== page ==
Griddle Pig Feet with Chilli-

the God of Pig’s Trotter would probably pipe up in horror with ‘mon aimé, mon pied de porc, quel dommage!’ Erm, yes Pierre, the Chinese don’t bother with the dressing and disguising procedures, they’re more at home with the take-no-prisoners approach like ‘oh those trotter nails haven’t been clipped properly , nice touch’! It was the most melt-in-mouth and unctuously porky dish I've eaten to date and goes without saying it was also sadistically hot. When ordering this dish, don’t rush them give the kitchen plenty of time to create what I experienced or better still order a day in advance.

Bear's Paw Tofu-
bear's paw refers to the tofu pieces shaped like bear paws and the dish is supposedly hinting at what the real thing might taste like (think mock turtle soup). Quite simply it was just tofu braised with pork, black fungus, chillies and spring onion. It was too bland and hardly stimulating therefore I now know what bear tastes like…so no thank you.


Fire Exploded Kidney Flowers-
a most poetic name that comes down to earth as plain sautéed pig's kidney. This one of my fave dishes from the Sichuan region, if you crave earthy tasting morsels with a bit of ammonia whiff, this dish says ‘well, hello, eat me’. Delightful.

Fried Shrimps with Salted Egg Yolk-
Chinese foods in general exist with its concept of yin yang to maintain and enhance the quality of our well-being. But not this dish, it somewhat eggs on your cholesterol levels and high blood pressure readings instead. Why ffs?Because all naughty foods taste heavenly!

Sautéed Chicken with Spicy Sauce-
diced chicken on the bone, frog legs are sometimes represented in this dish but let’s be honest chicken tastes a lot more fulfilling than the watery- bland tasting amphibians. An unforgettable dish that's equally great for snacking.

Boiled Fish with Pickled Cabbage and Chilli-
I've left the best 'til last; this big-portioned dish makes an old fart like me weep shamelessly with joy. Although it doesn’t quite command the same penchant as the illustrious Sliced Fish in Hot Chilli Oil at least you can eat everything and leave the bowl dry and empty. The slices of sea bass fillets were wonderfully poached in an intoxicating stock that tasted heart-warming and for want of a better word, addictive.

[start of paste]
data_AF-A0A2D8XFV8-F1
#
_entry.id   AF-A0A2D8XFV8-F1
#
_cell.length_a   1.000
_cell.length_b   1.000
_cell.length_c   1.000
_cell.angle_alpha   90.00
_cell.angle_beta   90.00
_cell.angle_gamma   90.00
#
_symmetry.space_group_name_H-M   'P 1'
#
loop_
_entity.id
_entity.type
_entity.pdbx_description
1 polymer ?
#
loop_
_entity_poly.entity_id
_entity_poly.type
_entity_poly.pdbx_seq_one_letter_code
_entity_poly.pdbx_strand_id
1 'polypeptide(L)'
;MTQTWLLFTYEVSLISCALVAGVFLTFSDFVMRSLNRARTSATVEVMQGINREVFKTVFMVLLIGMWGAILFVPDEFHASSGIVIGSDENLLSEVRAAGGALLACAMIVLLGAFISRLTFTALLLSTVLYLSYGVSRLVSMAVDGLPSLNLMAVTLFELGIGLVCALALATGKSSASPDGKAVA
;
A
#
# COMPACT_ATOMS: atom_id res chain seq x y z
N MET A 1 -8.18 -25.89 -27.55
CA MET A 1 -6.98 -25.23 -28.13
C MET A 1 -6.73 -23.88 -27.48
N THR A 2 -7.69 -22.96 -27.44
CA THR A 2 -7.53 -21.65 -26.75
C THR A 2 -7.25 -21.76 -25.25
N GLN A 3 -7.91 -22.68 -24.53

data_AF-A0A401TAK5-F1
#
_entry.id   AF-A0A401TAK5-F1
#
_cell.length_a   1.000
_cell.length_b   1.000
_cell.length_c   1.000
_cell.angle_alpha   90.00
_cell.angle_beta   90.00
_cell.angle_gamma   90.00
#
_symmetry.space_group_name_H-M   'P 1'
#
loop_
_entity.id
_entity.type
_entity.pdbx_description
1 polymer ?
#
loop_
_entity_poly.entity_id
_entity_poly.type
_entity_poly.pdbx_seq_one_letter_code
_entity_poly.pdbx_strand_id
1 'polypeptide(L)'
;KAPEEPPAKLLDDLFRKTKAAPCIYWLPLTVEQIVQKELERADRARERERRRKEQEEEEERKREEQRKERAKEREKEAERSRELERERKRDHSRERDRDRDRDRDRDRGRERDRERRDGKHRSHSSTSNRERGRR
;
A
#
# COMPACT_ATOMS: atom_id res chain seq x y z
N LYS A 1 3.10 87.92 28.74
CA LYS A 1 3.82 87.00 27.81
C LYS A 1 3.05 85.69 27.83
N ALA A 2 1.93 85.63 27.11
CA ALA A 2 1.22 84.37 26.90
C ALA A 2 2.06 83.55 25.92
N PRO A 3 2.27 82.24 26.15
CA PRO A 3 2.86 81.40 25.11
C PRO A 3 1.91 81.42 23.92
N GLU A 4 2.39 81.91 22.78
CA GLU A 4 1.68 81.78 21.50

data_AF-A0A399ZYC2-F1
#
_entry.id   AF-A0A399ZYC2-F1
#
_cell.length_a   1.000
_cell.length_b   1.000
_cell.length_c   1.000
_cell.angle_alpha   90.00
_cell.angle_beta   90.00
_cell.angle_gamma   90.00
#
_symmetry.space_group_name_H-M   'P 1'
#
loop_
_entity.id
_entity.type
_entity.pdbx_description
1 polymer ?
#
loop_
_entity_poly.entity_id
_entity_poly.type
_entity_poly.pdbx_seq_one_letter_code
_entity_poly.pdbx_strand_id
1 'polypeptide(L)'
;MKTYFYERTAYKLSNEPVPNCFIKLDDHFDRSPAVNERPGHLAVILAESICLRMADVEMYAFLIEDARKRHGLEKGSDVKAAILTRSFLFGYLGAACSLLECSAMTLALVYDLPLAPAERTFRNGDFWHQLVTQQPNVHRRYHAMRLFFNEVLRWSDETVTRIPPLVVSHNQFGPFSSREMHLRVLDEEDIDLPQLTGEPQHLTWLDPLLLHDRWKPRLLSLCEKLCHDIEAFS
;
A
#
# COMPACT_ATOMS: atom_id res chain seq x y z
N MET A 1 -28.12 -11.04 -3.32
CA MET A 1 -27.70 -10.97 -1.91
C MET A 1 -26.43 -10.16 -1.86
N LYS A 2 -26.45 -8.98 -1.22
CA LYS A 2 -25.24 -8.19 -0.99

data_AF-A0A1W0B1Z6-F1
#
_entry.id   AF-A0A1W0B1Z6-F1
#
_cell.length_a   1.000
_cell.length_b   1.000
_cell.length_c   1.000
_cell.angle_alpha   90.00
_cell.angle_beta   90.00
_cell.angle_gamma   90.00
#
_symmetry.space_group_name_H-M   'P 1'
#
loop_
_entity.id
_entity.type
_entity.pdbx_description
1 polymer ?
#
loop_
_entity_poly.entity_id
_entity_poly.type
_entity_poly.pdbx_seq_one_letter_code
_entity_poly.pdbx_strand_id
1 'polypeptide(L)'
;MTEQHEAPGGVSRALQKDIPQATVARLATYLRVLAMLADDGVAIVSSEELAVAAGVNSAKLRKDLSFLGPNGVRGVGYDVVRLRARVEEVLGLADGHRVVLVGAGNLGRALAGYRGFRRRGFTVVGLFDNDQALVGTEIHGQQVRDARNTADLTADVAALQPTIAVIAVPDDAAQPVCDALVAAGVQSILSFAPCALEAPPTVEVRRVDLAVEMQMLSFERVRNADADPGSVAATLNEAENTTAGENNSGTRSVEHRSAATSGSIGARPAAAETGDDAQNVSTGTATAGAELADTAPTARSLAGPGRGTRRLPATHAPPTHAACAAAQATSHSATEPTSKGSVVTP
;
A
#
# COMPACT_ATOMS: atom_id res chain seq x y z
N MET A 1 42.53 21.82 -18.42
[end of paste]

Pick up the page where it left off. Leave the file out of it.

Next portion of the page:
Shu Castle is one impressive joint and Fuchsia Dunlop ought to take heed. Highly recommended, thank you Kake.




194 Old Kent Road,
London
SE1 5TY




11 comments:

tehbus said...

I pass this place every day on my daily journey to work. Looks like a gem and will have to visit. Thanks to you (and Kake) for the heads up!

Anonymous said...

Oh my god--I just passed that on my way home and had NO idea it would be good (after all it's on Old Kent Road!)

It's a 10 minute walk from my house! Swoon. Debt of Gratitude!

-bea

London Chow said...

Love Sichuan food as well! The heat is perfect when the weather gets chilly (and that's almost 10 months a year in London!). The problem is that I tend to gorge on rice with Sichuan as well. Can't help it really.

The fish head & tofu looks like a brilliant deal! I've never tried Sichuan soup and didn't even know they do it. Will put it on the to-do list. Thanks for the post!

Sharmila said...

I pass this place so much and I always wonder if it is any good or not! Now I will definitely be taking a trip.

Hello by the way! *waves*

bellaphon said...

tehbus- more thanks to you actually, your blogroll alone is responsible for the additional 1K hits my blog accumulates monthly!

bea- thank you for stopping. Food that makes one perspire profusely can only be good.

London Chow- yo, thank you. Dunno about Singapore but Sichuan food have failed across the Causeway; the boiling 'oils' are deemed too excessive and thus suspiciously unhealthy!

Sharmila- hey rice and pickles, thanks for your comments and am frantically waving back atcha. No doubt we'll bump into each other again via Kake-calls.

kake said...

Oh, I am so behind on the internet! I didn't realise 'til now that you had your review up, so I may have been making NO SENSE AT ALL to people in emails :)

On our last visit I was seriously tempted to ask for a portion of those xiao long bao to take home and have for breakfast...

Mr Noodles said...

Another one for the list! Shame i missed this one but let me know if you are next up for it...

Dad said...

*belly laughs*

Only just seen your 'berraphronbrog' under your heading pic'.

Genius.

(Note to self - must pay more attention!)

Anonymous said...

Did this restaurant used to be a pub called The Castle? - I have an old beer jug inscribed The Castle, Old Kent Road, dated 1903 which was given as a Christmas gift by the then owners - a Mr & Mrs Westley.
Would love to know please.

fred.stutchbury@wanadoo.fr

Would be grateful for a reply.

chinese food kent said...

Love Sichuan food as well!

USA hoverboard 299 said...

I love to eat Xiaolongbao. How about you?